If you can copy a network without lifting your pen off the paper and without drawing any line twice, then it is traversable. Decide which of these diagrams are traversable.

Can you cross each of the seven bridges that join the north and south of the river to the two islands, once and once only, without retracing your steps?

I found these clocks in the Arts Centre at the University of Warwick intriguing - do they really need four clocks and what times would be ambiguous with only two or three of them?

This task depends on groups working collaboratively, discussing and reasoning to agree a final product.

Show that all pentagonal numbers are one third of a triangular number.

Can you find a way of representing these arrangements of balls?

Four rods, two of length a and two of length b, are linked to form a kite. The linkage is moveable so that the angles change. What is the maximum area of the kite?

Seven small rectangular pictures have one inch wide frames. The frames are removed and the pictures are fitted together like a jigsaw to make a rectangle of length 12 inches. Find the dimensions of. . . .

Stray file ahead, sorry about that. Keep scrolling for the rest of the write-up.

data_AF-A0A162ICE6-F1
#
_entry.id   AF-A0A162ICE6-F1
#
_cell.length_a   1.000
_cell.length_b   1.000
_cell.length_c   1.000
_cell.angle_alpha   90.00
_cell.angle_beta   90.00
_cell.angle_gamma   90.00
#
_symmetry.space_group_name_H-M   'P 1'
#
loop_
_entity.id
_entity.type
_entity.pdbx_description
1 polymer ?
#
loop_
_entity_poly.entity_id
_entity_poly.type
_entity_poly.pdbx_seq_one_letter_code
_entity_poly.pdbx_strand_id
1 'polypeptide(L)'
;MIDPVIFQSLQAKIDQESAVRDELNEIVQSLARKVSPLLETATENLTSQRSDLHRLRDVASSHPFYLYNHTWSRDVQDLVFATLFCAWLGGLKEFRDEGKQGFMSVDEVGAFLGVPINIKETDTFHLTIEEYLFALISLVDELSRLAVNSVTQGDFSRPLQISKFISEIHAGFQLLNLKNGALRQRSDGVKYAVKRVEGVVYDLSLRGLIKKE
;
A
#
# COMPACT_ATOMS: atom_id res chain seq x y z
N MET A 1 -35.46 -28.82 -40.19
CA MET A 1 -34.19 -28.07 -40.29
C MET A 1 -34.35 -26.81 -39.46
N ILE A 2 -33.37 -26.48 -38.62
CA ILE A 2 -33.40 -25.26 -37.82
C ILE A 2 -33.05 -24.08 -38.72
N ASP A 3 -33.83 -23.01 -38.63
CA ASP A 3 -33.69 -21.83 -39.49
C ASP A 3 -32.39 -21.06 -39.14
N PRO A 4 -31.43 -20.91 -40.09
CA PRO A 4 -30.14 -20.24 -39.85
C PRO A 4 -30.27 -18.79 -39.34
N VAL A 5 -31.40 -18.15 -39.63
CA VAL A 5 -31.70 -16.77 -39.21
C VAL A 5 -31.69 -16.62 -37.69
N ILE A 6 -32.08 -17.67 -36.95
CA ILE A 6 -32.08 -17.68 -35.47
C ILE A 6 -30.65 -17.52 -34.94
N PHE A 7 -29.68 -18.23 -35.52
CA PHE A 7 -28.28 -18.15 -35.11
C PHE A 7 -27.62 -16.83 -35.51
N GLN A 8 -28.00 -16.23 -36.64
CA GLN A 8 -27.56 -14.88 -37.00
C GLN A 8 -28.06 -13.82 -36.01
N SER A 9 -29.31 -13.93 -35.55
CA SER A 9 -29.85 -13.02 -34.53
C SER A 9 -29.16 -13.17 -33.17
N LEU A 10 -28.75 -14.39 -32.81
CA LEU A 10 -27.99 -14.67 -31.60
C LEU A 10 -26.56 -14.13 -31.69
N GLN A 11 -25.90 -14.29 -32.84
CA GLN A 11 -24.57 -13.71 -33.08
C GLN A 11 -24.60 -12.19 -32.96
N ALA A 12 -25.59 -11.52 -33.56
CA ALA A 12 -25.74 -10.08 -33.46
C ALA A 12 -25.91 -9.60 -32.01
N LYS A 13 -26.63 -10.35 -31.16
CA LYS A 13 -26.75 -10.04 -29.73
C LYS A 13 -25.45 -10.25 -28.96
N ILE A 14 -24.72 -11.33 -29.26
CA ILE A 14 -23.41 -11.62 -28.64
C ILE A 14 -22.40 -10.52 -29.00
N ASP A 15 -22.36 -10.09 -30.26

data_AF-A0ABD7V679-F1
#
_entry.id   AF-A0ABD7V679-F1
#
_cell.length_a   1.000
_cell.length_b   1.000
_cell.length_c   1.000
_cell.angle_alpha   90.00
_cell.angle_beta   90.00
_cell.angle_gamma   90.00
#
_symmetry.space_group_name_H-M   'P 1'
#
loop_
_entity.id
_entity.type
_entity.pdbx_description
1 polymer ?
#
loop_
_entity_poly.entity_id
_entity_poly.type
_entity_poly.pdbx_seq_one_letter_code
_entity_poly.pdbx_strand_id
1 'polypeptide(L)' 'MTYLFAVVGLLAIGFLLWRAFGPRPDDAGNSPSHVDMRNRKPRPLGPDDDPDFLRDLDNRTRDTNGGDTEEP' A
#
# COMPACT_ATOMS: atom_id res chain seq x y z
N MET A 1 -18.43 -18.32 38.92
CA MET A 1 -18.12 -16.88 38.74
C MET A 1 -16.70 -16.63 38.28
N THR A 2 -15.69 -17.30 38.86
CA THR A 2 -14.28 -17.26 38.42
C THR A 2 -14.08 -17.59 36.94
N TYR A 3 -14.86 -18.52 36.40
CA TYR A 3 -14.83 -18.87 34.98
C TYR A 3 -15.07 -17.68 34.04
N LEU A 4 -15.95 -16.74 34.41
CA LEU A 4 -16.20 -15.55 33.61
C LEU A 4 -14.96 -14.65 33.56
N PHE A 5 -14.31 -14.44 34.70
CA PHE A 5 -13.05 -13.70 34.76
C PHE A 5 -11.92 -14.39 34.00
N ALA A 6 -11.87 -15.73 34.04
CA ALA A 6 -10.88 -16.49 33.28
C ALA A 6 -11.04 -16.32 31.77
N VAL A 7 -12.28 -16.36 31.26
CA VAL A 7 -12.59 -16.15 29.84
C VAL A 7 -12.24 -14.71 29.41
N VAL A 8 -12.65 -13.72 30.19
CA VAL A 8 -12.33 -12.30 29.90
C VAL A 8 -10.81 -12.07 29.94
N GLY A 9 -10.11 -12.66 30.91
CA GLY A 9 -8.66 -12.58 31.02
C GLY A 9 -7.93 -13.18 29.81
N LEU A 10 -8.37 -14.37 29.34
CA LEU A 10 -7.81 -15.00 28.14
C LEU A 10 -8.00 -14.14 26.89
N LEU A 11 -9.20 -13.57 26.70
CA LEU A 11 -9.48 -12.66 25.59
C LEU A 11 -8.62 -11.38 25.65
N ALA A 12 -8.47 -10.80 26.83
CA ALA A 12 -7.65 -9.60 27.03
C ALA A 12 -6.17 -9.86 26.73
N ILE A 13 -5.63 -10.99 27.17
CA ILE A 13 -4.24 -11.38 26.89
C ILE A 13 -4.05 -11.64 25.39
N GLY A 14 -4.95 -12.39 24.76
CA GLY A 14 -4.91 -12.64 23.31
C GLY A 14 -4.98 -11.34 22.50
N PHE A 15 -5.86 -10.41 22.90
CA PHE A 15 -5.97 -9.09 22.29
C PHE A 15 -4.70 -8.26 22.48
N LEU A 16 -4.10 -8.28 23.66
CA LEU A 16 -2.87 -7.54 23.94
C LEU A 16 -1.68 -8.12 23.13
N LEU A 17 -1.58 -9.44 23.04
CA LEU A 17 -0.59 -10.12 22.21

ABCD is a regular tetrahedron and the points P, Q, R and S are the midpoints of the edges AB, BD, CD and CA. Prove that PQRS is a square.

Is it possible to remove ten unit cubes from a 3 by 3 by 3 cube so that the surface area of the remaining solid is the same as the surface area of the original?

A cyclist and a runner start off simultaneously around a race track each going at a constant speed. The cyclist goes all the way around and then catches up with the runner. He then instantly turns. . . .

Is it possible to rearrange the numbers 1,2......12 around a clock face in such a way that every two numbers in adjacent positions differ by any of 3, 4 or 5 hours?

Rectangles are considered different if they vary in size or have different locations. How many different rectangles can be drawn on a chessboard?

Mathematics is the study of patterns. Studying pattern is an opportunity to observe, hypothesise, experiment, discover and create.

This problem is about investigating whether it is possible to start at one vertex of a platonic solid and visit every other vertex once only returning to the vertex you started at.